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FOR IMMEDIATE RELEASE
August 28, 2013
Kathie Osterman, Communications & Legislative Services, 402-471-9313, email@example.com
DHHS again corrects misinformation about Veterans' Home
Lincoln – Once again, recent allegations about the Grand Island Veterans' Home are untrue, according to Kerry Winterer, CEO of the Department of Health and Human Services.
Winterer said statements recently made by Don Shuda, veterans’ service officer with Hall County are wrong.
"I hesitate to repeat these outrageous statements, but once again I must set the record straight," he said. "Mr. Shuda recently stated that under the current administration of the Veterans’ Home, there is a higher turnover rate and more grievances filed during any time he's seen in 27 ½ years."
In fact, Winterer said, only one employee grievance has been filed so far this year, with a total of 12 grievances filed in the nearly five years between 2009 and 2013, the current administrator’s tenure. During the previous five years, from 2004 to 2008, 33 Veterans’ Home employee grievances were filed, with 15 in 2005 alone.
Likewise, Winterer said, the employee turnover rate is not at an all-time high as stated by Mr. Shuda.
"Again, we looked at the last 10 years of data," he said. "Contrary to these statements, the employee turnover rate during this time has actually improved slightly under the leadership of the current administrator. The average annual turnover rate from 2004 to 2008 was 30.6 percent. While the rate for 2012 was higher, the average annual rate from 2009 to 2013 was 29.3 percent.”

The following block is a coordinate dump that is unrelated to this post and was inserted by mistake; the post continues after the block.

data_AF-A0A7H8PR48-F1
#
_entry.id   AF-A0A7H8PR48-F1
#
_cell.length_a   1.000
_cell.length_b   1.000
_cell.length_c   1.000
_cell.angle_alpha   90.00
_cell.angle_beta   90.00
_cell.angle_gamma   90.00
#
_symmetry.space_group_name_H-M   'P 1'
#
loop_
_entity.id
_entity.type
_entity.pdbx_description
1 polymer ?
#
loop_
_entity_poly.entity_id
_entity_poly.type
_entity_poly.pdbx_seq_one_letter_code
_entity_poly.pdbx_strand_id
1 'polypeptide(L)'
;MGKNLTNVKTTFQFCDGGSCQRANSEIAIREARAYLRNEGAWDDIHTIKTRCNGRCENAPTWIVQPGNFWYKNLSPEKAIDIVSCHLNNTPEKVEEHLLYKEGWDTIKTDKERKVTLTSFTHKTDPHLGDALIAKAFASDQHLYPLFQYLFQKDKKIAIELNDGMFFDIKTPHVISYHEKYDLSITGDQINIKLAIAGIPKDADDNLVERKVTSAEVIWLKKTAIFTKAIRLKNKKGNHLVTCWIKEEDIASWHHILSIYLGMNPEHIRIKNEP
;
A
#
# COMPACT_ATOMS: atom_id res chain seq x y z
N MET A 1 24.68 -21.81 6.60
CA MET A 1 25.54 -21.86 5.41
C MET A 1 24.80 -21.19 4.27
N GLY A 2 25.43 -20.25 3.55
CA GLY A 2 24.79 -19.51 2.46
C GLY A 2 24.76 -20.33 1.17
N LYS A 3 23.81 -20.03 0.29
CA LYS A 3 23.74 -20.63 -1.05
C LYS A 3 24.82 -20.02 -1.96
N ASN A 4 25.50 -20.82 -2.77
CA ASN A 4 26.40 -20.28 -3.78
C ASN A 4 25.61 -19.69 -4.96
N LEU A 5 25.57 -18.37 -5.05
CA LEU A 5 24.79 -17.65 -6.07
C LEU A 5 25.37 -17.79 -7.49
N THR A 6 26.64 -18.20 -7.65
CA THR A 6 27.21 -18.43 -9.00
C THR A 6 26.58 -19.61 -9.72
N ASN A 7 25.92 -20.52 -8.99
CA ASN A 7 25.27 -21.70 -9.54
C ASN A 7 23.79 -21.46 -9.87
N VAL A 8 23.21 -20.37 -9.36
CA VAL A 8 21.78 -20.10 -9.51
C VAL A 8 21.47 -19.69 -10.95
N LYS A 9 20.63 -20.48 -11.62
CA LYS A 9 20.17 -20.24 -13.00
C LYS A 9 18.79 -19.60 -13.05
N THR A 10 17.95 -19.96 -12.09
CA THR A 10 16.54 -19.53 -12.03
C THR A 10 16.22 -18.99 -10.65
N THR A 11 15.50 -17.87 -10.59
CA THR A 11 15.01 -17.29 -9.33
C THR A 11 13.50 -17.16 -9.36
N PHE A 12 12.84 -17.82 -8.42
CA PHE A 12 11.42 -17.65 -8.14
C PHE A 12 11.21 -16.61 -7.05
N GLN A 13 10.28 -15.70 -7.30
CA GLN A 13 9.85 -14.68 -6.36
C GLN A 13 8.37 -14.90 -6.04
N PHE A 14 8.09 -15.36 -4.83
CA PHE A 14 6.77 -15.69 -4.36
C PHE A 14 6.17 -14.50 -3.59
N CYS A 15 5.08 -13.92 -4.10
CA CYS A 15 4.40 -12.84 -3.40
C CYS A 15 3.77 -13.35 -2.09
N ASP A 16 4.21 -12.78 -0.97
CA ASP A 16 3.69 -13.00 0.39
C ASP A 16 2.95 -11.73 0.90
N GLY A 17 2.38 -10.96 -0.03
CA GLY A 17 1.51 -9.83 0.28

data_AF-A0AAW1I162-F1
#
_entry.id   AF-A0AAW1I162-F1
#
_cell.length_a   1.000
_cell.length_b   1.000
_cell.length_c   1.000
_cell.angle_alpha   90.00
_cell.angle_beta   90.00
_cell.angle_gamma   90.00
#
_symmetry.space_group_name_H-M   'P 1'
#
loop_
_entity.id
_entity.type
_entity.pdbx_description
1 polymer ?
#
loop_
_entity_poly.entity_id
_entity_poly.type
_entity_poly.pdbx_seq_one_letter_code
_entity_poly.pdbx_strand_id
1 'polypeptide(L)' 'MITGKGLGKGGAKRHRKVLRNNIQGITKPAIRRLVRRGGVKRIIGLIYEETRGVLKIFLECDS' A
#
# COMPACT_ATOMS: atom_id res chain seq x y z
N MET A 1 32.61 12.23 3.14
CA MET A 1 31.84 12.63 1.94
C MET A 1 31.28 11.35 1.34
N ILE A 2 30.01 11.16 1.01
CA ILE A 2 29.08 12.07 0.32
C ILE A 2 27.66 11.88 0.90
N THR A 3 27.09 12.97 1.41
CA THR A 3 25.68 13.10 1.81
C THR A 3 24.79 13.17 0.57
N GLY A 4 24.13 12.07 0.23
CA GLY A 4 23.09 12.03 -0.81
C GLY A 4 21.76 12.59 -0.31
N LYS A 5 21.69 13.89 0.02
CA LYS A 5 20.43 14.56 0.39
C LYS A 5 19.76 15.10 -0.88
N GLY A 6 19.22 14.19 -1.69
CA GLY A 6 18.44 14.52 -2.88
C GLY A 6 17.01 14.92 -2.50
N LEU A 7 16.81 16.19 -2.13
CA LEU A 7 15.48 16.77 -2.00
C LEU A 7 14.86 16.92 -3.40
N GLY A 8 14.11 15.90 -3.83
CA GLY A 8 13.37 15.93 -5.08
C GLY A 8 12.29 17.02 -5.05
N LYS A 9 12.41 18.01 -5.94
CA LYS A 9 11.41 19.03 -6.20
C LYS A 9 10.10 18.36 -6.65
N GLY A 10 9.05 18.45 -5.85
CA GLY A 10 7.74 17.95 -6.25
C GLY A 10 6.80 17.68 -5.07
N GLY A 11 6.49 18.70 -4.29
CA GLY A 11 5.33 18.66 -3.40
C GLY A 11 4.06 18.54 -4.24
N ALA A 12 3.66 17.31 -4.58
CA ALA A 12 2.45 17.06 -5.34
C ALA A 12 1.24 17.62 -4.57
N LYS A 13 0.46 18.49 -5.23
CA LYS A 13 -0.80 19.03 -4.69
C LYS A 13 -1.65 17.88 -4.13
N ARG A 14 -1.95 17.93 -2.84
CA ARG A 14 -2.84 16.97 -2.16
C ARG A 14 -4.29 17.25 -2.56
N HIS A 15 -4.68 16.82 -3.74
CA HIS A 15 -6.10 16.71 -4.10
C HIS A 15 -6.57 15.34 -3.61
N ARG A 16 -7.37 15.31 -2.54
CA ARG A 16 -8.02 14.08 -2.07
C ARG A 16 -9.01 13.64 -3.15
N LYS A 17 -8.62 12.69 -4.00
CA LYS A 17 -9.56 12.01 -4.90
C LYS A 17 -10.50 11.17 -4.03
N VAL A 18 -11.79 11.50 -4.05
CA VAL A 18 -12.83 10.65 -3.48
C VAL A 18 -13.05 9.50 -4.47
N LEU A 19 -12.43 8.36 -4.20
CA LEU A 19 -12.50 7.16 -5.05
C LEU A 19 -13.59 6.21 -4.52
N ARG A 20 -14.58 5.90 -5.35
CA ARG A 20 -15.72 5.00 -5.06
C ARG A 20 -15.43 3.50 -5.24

The highest turnover rate was 47.8 percent in 2008, before the current administrator was hired, and the lowest was 21.6 percent in 2010, during his tenure. The employee turnover rate for 2013, through August 1, is 30.1 percent.
Winterer said the 2011 staffing survey by the American Health Care Association reported that the turnover rate for all nursing facility employees that year was 45 percent. “There will always be employees who choose to leave employment with the Veterans’ Home, as they do with other nursing homes or other professions. They leave for many different reasons, such as relocation or other job opportunities, and sometimes because their job performance has not met our standards,” he said.
"I have to ask, what is the intent behind these false statements?” said Winterer.